High court to rule on liability of schools in sex abuse cases Texas student holds local district responsible for teacher's actions

December 06, 1997|By Lyle Denniston | Lyle Denniston,SUN NATIONAL STAFF Sun staff writer Andrea F. Siegel contributed to this article.

WASHINGTON -- After years of sidestepping a widening controversy, the Supreme Court agreed yesterday to clarify the legal responsibility of school officials when teachers or counselors sexually molest or assault students.

The court took on a case from Texas involving a middle school girl who wants to sue a male teacher for damages over a sexual relationship that lasted for more than a year, when she was 14 and 15 years old.

The girl, identified in court papers only as "Jane Doe," contends that the school district in Lago Vista, a town of 2,200 people northwest of Austin, was to blame because it gave the teacher "complete authority" over her, even though high-level officials did not know what he did to her.

Because he was her teacher, the man "had the power to withhold or grant his favors as a teacher, the power to withhold or grant good grades and to govern every aspect of his students' conduct," the appeal argued. "All these powers aided him in accomplishing his purpose."

Their relationship began when she was a ninth-grader. The girl was taking part in a program for gifted students. To gain additional educational challenges, she was placed in a male teacher's Great Books discussion class. He began flattering her, then fondling her, leading to a relationship that included repeated intercourse.

When the court decides her case later this term, it will spell out the specific standard that will govern school districts' responsibility for sexual actions by teachers with students under Title IX, the federal law that bars sex discrimination in any education program that receives federal money.

If the court issues a broad ruling, the outcome could also affect another long-simmering issue: the responsibility -- if any -- of school officials when a student sexually assaults another student at school. Lower courts are divided on this issue, with some insisting that school officials must know about the student assaults and do nothing about them before they can be legally blamed. A case on it is awaiting the justices' attention.

The Clinton administration's position is that school districts should be held responsible for sexual harassment if it is common enough to create a hostile environment for students. But school boards across the nation generally contend that school systems are not responsible at all for student-on-student harassment and bear only limited responsibility for harassment of students by teachers.

Anne Arundel case

In Maryland, the issue of sex between students and teachers against students was highlighted in recent years by the prosecution of Ronald W. Price, an Anne Arundel County high school teacher, for having sex with three of his students. Price was sentenced in 1993 to 26 years in prison and is appealing his case.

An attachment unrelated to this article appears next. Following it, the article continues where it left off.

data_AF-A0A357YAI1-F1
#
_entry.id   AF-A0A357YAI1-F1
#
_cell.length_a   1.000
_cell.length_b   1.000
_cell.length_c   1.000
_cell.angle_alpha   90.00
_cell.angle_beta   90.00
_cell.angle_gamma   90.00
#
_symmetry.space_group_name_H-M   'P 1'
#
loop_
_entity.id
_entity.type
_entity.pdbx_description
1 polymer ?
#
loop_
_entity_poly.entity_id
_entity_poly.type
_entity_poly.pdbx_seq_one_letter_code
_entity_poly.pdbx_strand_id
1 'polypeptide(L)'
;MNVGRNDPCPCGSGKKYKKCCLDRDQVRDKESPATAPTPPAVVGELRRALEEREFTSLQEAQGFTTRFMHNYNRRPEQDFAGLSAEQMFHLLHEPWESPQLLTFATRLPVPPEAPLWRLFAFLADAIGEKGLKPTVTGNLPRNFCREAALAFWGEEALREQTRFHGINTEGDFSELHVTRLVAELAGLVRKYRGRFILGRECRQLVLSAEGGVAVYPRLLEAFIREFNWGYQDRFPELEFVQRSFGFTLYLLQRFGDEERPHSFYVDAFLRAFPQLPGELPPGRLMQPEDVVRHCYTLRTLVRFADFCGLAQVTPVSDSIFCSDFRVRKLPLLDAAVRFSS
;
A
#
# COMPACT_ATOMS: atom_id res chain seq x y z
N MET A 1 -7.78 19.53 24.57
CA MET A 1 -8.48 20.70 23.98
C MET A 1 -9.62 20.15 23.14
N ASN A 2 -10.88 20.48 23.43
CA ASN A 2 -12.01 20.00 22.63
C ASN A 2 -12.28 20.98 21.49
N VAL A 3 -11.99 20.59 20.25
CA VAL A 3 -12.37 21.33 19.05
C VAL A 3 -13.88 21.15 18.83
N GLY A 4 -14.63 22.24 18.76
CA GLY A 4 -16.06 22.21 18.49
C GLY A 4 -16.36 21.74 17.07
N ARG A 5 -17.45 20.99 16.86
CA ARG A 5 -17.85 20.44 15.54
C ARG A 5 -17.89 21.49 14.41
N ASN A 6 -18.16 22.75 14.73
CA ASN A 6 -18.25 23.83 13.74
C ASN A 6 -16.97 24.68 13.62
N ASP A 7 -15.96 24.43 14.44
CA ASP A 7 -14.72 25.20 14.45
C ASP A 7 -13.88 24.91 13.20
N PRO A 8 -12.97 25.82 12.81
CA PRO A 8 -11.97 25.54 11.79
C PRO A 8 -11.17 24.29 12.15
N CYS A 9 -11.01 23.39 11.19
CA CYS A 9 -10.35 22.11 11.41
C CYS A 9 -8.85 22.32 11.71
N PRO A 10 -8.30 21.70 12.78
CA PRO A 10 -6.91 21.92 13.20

After Price's conviction, a number of civil damages lawsuits were filed in state courts by students against their teachers.

Maryland education officials say that the issue is handled largely local school officials but that the state from time to time re- minds local school systems of their legal obligation to obey federal law on sexual harassment.

The Supreme Court's willingness to hear the Texas girl's case came as a surprise. Eight times since 1989, the court had turned aside, without comment, other cases that sought to establish a clear right for students under either the Constitution or federal law not to be sexually assaulted at school. Five of those cases involved teachers' assaults; three grew out of student assaults.

Inconclusive precedent

In 1992, the court left the impression in a teacher harassment case that students had a right not to be molested by teachers. But the court did not say so specifically and did not spell out how or when a student could win such a case. If a student did win, the court said, he or she could collect damages.

In the new case, a federal appeals court based in New Orleans ruled in February that a school district could be held to blame for a teacher's sexual assault only if a supervisor "actually knew of the abuse, had the power to end the abuse and failed to do so."

The Texas girl's appeal argued that the appeals court's standard "virtually immunizes school districts from liability." She asked the Supreme Court to rule that school districts must have a policy against sexual harassment and must set up procedures so that students can complain and school officials will act on those complaints.

If they have no such policy or procedure, or merely "pay lip service" to those requirements, the girl argued, the school districts should be liable for damages.

Pub Date: 12/06/97

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